Although the symptoms they present are distinct, P. teres f. teres and P. teres f. maculata have essentially the same life cycle,[3] the only difference being the absence of seed dispersal stage in the latter, so the spot form of the disease is unable to overwinter in barley seed. Pseudothecia that overwinter on infected barley stubble and act as the primary inoculum. These appear as dark, 1–2 mm spherical structures with septate setae on the surface of plant debris, which, during cool and moist conditions, mature and produce ascospores that are dispersed by wind and rain, thereby colonizing the leaves of new barley hosts.[5] While healthier leaves have been observed to be more quickly infected than older ones, P. teres has been shown to infect barley at any growth stage.[2] Germination of the ascospores can occur in as little as a few hours,[3] during which an appressorium with a penetration peg develops to perforate the cell wall, forming an “intracellular infection vesicle”.[5] While the penetration most often occurs in epidermal cells, P. teres has also been shown to penetrate between epidermal cells and, more rarely, through stomata. Within 24 hours, pin-sized brown lesions occur at the initial infection site, which extend as the fungus matures.[3]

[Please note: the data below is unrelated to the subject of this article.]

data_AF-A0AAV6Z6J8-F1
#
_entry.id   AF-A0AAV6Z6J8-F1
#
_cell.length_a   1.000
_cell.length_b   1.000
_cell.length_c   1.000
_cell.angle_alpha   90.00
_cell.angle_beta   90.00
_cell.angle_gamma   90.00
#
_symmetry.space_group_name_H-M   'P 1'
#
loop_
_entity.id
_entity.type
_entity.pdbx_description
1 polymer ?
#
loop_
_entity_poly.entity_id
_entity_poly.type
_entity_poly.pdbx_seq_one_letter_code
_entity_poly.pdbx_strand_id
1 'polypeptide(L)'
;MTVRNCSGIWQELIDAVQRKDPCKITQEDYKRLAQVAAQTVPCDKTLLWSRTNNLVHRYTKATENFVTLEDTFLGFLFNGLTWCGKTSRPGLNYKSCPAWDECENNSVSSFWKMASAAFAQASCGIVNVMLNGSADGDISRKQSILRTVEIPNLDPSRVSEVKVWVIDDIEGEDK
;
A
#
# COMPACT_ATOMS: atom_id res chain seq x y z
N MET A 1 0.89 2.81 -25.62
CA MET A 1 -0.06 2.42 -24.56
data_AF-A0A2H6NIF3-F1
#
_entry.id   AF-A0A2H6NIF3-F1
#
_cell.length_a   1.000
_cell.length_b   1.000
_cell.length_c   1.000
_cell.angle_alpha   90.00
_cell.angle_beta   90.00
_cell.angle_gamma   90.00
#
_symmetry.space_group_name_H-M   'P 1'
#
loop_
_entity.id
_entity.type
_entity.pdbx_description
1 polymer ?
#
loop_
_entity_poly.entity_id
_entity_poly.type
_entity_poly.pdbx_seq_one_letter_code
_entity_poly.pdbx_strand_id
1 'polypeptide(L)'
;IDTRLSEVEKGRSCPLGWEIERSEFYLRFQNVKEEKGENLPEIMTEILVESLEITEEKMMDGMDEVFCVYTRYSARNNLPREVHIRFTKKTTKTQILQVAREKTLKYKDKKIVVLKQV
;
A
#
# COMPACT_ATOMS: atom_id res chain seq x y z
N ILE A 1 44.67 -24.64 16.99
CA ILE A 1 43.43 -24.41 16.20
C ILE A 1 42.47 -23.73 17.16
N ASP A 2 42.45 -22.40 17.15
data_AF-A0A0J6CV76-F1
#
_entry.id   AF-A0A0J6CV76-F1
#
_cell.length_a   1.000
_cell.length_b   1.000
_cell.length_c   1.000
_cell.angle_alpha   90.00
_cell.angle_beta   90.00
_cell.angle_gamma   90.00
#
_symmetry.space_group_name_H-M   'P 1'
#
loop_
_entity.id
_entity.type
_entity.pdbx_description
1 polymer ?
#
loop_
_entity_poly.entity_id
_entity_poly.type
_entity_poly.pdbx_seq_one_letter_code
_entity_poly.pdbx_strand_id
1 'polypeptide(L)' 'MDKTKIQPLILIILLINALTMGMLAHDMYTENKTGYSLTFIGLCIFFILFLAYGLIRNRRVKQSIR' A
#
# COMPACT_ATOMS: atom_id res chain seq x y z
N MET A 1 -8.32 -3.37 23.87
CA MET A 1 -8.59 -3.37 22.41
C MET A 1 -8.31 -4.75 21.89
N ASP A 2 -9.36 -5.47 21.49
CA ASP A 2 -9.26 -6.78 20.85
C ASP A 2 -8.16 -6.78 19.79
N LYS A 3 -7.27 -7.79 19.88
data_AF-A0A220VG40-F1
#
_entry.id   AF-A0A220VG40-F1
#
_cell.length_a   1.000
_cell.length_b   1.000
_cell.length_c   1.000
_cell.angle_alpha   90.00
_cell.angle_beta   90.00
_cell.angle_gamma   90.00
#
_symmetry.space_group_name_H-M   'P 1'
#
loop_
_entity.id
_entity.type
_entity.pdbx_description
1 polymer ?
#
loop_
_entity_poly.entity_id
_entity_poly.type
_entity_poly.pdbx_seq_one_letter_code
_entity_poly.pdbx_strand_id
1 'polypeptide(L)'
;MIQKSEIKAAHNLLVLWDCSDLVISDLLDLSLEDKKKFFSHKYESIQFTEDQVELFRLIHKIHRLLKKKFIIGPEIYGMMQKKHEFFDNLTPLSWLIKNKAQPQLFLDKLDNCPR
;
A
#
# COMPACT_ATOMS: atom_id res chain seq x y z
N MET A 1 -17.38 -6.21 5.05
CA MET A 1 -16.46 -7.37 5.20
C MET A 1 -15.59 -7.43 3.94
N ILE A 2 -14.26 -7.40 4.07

The fungus grows and populates the host tissue, and after 14–20 days conidia are formed. The conidia are dispersed through wind and rain, and act as the secondary inoculum, creating a polycyclic disease cycle.[5] Once a host is found, the conidia germinate and form germ tubes with a club-shaped appressorium that penetrates the cell wall and initiates a new infection. These conidia have the ability to infect plants in both the site in which they are formed, as well as neighboring fields if they travel far enough.